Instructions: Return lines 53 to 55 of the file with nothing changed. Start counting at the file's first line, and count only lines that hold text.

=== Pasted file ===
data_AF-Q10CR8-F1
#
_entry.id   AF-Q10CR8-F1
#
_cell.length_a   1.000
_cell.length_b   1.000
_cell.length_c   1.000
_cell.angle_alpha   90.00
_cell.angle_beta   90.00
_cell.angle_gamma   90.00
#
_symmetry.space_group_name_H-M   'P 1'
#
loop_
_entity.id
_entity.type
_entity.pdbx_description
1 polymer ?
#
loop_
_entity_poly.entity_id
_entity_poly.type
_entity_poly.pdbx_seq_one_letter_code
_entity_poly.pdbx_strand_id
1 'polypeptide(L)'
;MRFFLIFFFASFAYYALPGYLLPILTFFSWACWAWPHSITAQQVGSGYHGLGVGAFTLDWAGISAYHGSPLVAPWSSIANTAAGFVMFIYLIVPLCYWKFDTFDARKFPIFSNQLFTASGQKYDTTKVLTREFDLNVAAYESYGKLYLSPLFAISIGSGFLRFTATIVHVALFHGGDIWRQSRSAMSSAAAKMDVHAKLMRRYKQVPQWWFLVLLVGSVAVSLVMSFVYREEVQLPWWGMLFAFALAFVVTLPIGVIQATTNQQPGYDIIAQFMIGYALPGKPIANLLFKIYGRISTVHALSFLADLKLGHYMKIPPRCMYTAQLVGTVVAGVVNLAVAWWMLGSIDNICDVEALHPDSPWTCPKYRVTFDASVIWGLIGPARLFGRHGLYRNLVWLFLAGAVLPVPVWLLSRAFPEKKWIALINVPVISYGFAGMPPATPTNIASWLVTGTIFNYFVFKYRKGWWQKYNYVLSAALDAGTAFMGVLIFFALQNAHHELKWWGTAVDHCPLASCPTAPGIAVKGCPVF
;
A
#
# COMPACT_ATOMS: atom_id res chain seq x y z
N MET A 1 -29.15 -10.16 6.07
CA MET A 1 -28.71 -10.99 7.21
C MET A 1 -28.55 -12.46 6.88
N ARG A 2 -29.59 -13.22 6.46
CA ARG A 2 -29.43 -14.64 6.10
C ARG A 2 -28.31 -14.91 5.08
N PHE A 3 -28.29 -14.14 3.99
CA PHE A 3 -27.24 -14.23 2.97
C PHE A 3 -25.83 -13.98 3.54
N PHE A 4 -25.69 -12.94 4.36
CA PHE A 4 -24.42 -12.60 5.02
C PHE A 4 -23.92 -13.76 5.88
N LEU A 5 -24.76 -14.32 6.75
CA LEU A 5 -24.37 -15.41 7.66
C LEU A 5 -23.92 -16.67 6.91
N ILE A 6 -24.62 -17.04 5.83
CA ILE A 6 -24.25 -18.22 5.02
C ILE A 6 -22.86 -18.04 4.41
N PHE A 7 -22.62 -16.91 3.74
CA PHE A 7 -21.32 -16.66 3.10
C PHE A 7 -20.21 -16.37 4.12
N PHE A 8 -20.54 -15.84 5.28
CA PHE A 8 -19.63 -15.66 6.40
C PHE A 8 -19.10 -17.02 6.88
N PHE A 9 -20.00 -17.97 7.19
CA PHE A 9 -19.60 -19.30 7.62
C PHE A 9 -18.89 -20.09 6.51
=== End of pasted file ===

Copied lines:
CA PHE A 8 -19.63 -15.66 6.40
C PHE A 8 -19.10 -17.02 6.88
N PHE A 9 -20.00 -17.97 7.19